43 Therefore, the use of 2008 figures in calculating the level of any penalty payment would be inappropriate and lead to the imposition of disproportionate penalty amounts. The Court, Ireland also argues, has recently taken into account such a line of argument in paragraph 42 of its judgment in Case C‑407/09 Commission v Greece  ECR I‑0000. Ireland infers from this that, assuming that the Court follows the Commission’s methodology, only a coefficient of 1 could be used in order to reflect Ireland’s ability to pay.
44 Furthermore, Ireland, emphasising its good will in the steps taken by it to transpose Directive 85/337 and the fact that it had been criticised for the incorrect transposition of only certain provisions of the directive, disputes the seriousness coefficient of 7 applied by the Commission. Ireland also claims that, in the light of the existence of other strict standards in Irish law, inter alia precautionary standards, and because of good agri-environmental practices in the Irish countryside, the defects affecting the measures transposing Directive 85/337 did not lead to negative effects on the environment.
45 Ireland submits that a seriousness coefficient of 3 would be appropriate, in particular when compared with that applied in the judgment in Case C‑278/01 Commission v Spain  ECR I‑14141.
46 Ireland also claims that its public authorities were engaged in a constructive process of dialogue with the Commission on the content of the legislative proposals to be enacted following the judgment in Case C‑66/06 Commission v Ireland. According to Ireland, the delay in the enactment of those measures was attributable to the fact that they fell within a complex legislative framework involving consultation with interested parties and encompassing planning, environmental and agricultural law.
47 As regards Ireland’s claim that it is not necessary to impose a lump sum payment on it, the Commission points out that the Court of Justice has unlimited jurisdiction and that it can even go beyond what is suggested by the Commission, as demonstrated by the amount imposed on the French Republic in the judgment in Case C‑304/02 Commission v France  ECR I‑6263.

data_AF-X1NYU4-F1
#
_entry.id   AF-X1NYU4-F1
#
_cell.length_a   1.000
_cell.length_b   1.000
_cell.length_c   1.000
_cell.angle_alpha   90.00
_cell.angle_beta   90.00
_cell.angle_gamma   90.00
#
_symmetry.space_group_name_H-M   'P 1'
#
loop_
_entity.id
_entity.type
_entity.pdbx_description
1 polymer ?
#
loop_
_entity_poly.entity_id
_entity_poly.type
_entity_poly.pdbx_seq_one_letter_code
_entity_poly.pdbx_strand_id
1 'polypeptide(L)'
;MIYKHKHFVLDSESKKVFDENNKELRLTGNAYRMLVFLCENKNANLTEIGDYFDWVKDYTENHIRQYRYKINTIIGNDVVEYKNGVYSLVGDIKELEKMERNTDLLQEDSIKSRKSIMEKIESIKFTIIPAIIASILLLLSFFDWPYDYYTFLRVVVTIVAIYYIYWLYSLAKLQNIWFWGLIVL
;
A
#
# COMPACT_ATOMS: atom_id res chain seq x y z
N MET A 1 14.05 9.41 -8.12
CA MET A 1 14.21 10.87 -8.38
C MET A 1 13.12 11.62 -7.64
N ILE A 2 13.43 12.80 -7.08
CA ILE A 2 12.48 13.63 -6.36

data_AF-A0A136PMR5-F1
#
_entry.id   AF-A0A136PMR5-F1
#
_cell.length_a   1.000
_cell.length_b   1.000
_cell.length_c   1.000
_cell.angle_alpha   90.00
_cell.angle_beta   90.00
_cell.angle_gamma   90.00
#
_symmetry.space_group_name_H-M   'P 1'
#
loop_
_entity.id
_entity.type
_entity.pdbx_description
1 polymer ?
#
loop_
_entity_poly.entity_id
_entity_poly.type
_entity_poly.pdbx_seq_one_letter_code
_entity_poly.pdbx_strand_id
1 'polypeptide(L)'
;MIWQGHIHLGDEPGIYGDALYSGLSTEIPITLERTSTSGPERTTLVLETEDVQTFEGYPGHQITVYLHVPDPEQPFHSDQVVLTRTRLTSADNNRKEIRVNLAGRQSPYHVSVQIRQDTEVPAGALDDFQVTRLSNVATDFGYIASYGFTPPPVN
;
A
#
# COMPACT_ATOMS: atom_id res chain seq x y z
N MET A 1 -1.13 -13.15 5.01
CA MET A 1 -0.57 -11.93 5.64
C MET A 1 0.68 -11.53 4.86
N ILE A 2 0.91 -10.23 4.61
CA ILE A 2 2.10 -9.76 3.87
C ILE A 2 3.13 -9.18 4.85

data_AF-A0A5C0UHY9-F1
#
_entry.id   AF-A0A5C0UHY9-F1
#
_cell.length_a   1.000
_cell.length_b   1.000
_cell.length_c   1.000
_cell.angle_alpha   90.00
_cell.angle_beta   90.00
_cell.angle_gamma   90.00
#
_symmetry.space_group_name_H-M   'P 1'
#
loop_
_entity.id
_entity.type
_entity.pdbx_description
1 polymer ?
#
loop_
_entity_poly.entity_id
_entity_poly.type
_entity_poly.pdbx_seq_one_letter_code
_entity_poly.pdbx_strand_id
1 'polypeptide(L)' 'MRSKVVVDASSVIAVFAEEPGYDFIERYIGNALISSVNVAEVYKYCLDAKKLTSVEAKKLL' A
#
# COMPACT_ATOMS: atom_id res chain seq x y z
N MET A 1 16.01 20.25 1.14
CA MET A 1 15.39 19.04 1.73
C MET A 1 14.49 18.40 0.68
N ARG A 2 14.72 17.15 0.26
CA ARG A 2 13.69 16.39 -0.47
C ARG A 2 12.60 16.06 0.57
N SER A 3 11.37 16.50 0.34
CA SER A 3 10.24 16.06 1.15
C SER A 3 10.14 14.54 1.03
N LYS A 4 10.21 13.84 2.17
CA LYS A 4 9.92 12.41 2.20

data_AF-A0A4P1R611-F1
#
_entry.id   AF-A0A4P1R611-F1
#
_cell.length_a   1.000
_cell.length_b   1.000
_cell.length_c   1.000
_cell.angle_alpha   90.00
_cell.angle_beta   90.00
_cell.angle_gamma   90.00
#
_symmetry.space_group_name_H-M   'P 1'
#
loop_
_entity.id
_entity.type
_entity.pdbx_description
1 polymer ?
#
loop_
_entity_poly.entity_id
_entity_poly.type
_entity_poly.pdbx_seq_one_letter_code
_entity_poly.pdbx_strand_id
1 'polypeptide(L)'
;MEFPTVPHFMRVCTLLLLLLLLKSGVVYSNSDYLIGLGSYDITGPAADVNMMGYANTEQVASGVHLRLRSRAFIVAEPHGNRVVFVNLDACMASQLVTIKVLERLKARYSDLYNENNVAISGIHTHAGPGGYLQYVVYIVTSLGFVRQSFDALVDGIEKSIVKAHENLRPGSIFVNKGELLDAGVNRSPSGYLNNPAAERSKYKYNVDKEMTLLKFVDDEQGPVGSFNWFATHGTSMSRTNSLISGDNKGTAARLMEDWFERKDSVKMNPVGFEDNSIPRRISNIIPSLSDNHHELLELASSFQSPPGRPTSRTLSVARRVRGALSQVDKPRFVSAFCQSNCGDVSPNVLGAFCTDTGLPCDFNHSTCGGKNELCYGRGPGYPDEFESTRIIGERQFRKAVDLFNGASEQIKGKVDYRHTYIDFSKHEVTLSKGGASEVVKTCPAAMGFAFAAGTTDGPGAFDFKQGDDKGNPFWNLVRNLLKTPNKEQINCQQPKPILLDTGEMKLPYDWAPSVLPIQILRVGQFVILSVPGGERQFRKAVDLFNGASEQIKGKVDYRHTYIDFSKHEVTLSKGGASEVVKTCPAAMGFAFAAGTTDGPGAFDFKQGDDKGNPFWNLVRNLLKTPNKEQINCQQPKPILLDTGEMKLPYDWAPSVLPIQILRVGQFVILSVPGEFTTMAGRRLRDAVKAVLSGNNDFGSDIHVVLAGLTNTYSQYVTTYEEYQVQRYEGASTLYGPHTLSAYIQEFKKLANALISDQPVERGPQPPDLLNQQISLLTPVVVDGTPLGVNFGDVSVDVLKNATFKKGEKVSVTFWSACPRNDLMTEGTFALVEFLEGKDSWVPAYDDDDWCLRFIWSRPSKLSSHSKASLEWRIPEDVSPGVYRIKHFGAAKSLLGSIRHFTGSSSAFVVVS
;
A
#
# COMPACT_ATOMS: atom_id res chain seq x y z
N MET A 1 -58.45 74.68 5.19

48 As regards the current economic difficulties faced by Ireland, which, according to that Member State, justify a dispensation from the lump sum payment or the imposition of a reduced sum, the Commission takes the view that there is no legal basis for Ireland’s argument in this regard and that, furthermore, in the case which gave rise to the judgment in Case C‑407/09 Commission v Greece, invoked by Ireland, the Court specifically rejected the defendant Member State’s request that no lump sum payment be imposed on it, in the light of its serious economic problems.
49 The Commission recognises that it is essential to act on the basis of reliable, stable and definitive data. However, it states that such data relating to one full calendar year are subject to revisions during a twelve‑month period, with the result that, as regards the year 2010, the data are reliable only from 2012. The Commission states that, because of the current economic crisis, it has decided that it will henceforth update the factor ‘n’ for the different Member States on an annual basis and that, in respect of Ireland, the factor was reduced on 1 September 2011 from 2.84 to 2.71 in Commission Communication SEC (2011) 1024 final and, on 31 August 2012, from 2.71 to 2.60 in Commission Communication COM(2012) 6106.
50 However, the Commission takes the view that it is appropriate to use the factor ‘n’ as calculated at the time when the application was lodged. Should the Court prefer to base its decision on the latest updated data, the Commission can provide it with those data.
51 As regards the seriousness of the infringement, the Commission considers that the recent adoption of the statutory instruments of 8 and 12 September 2011 in no way reduces the gravity of the infringement which persisted from 20 November 2008, the date of the judgment in Case C‑66/06 Commission v Ireland, until 8 September 2011, thus justifying the imposition of a lump sum payment under the conditions initially sought by that institution. However, the Commission uses only a factor of 2 for the period between 8 September and 22 December 2011.